What is money?


    Most of us use money on a daily basis, whether it’s to buy things, get paid, or transfer money to a friend. Through the ages, money has taken various forms – from gold and silver through to the two types of money used today: cash and bank deposits.

    What can you do with money?

    The most obvious ‘function’ of money is simple: it makes it easy for people to buy and sell things. It is seen as a reliable ‘medium of exchange’ between buyer and seller. For this reason alone money is considered central to the workings of the modern economy.

    But money has other uses, too. It is a way to store value for the future. For instance, if you were given an ice cream worth £2, you could enjoy it right now, but if you didn’t it would melt – and that ‘value’ would disappear. But if you were given £2 instead, you could spend it any time you like.

    Money is also used when businesses price things. If you get your car fixed by a mechanic, you’ll be charged in pounds and pence. The price could be listed in other units (bags of rice, pints of milk, etc) but money offers a shared standard that everyone can use, making it easy to compare prices.

    Gold, feathers and cowrie shells: a short history of money

    Throughout history, people have used all sorts of things as money. This video highlights a few examples from around the world:

    What’s the difference between commodity and fiat money?

    Historically, as trade increased through the centuries, commodity money such as gold and silver was used in most countries. In the 16th century, goldsmiths began storing gold coins for customers and issuing them with receipts, which could be converted back into gold on demand.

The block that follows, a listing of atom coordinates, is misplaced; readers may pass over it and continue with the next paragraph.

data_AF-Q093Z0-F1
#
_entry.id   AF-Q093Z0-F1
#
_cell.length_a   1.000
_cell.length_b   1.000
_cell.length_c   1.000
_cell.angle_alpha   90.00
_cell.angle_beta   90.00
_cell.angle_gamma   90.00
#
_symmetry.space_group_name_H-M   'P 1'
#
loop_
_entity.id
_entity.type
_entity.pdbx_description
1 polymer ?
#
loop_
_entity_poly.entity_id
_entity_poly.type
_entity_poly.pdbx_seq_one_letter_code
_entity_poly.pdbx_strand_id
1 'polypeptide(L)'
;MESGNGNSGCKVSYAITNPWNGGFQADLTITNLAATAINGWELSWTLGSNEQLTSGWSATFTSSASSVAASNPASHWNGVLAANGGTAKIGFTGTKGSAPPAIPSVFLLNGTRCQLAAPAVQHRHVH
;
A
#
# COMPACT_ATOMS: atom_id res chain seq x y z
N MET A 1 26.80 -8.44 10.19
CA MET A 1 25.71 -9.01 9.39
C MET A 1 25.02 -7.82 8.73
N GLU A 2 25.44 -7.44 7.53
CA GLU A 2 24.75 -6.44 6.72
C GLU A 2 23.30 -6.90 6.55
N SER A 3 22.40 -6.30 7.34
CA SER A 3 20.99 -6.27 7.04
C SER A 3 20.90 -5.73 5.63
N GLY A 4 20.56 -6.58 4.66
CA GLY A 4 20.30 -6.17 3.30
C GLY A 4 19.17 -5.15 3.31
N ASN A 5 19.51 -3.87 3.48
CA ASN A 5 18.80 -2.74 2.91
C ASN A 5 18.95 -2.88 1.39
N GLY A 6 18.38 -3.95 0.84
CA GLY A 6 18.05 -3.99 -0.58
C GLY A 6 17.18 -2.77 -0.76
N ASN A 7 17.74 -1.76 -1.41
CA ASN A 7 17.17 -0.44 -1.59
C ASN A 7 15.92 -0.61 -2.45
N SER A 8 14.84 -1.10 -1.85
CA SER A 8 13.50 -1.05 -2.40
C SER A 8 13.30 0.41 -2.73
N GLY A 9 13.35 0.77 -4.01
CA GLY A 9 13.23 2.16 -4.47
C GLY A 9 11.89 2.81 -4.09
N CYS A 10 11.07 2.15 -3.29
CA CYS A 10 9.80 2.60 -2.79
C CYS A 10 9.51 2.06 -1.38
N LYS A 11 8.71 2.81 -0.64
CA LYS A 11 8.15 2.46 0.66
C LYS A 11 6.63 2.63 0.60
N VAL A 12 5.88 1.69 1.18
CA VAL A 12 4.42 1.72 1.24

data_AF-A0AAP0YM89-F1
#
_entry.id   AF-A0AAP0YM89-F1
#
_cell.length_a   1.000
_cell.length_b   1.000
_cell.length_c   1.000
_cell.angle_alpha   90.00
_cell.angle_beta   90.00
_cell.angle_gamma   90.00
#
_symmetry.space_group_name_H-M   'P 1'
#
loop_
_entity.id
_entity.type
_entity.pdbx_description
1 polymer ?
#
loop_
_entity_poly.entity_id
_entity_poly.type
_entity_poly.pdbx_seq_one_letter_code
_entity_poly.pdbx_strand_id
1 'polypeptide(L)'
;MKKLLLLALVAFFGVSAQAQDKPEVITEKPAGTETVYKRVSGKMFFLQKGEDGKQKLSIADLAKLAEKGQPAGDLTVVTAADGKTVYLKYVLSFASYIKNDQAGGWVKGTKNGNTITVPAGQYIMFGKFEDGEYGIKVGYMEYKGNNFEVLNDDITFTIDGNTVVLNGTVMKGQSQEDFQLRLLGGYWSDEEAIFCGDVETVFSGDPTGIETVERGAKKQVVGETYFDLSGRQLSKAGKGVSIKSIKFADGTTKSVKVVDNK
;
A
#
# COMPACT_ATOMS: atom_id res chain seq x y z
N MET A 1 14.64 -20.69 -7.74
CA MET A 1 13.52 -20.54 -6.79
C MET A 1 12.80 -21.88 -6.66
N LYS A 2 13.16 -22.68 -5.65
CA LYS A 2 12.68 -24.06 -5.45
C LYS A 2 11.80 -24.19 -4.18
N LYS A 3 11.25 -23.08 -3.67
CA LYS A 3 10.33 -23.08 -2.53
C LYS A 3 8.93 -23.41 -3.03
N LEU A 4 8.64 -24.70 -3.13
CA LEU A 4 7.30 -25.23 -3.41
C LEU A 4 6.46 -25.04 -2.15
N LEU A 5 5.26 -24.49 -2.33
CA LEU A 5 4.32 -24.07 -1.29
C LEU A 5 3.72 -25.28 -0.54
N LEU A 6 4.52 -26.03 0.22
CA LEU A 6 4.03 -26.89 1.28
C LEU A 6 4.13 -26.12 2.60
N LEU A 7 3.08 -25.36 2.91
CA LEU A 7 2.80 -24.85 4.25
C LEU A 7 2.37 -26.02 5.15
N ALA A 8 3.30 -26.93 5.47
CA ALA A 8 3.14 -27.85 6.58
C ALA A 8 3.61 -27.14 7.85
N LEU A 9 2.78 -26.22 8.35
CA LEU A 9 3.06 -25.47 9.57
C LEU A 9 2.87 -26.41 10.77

Carrying precious metals around is a considerable physical burden, though. Over time, people started to use the receipts given to them by goldsmiths instead. In other words, these receipts became a form of money themselves – and forerunners of the banknotes used today.

    The Bank of England – the UK’s central bank – has been issuing banknotes for more than 300 years. For most of that time, banknotes could be exchanged, on demand, for the equivalent amount of gold. But the link between banknotes and gold, known as the Gold Standard, finally ended in 1931. Since then, banknotes have been a form of fiat money: money that is not convertible to gold or any other asset.

    Why do people use banknotes as money today?

    One advantage of a system that uses fiat money is that the amount of money in circulation can be responsive to changing economic conditions. This can support the smooth functioning of the economy. By contrast, the total amount of money circulating in the economy during the Gold Standard was ultimately limited by the amount of gold that could be mined.

    Today, we promise to honour the value of our banknotes for all time, even for banknotes that are no longer in use. For example, after the introduction of the polymer £5 and £10 notes in 2016 and 2017, the old paper notes were taken out of circulation the following year. However, all withdrawn Bank of England notes remain payable at face value. So if you have a paper £5 or £10 note today, you can still exchange it by post or in person at the Bank of England. And crucially, you will always be able to do so.

    As another guide explains, you can think of a banknote as a universally accepted ‘I owe you’ (IOU) – hence the ‘promise to pay’ inscription:

    I promise to pay

    The ‘promise to pay’ inscription on a banknote

    Crucially, people trust that the value of money will endure over time. We are responsible for making sure that the value of your money stays broadly stable (this guide explains more) and that our banknotes have state-of-the-art security features. Trust in fiat money is also supported by the Government deeming banknotes as a legally valid means of settling debts: our guide on ‘legal tender’ explains more.

    What are the physical and electronic forms of money today?

    Today, cash and bank deposits are the two main forms of money. The vast majority of all money in the UK is held electronically as deposits, with just a small proportion held in physical form as cash (banknotes and coins).

    Money held by households and companies in the UK:

    Money held by households and companies in the UK-01
    Money held by households and companies in the UK-02

    People deposit money in banks in part for security reasons, because holding large amounts of cash is risky as it could get lost or stolen. However, cash continues to be important. In fact, there is more cash today than ever before: there are over £70 billion worth of banknotes in circulation, equivalent to around £1000 per person in the UK.

    Find out more

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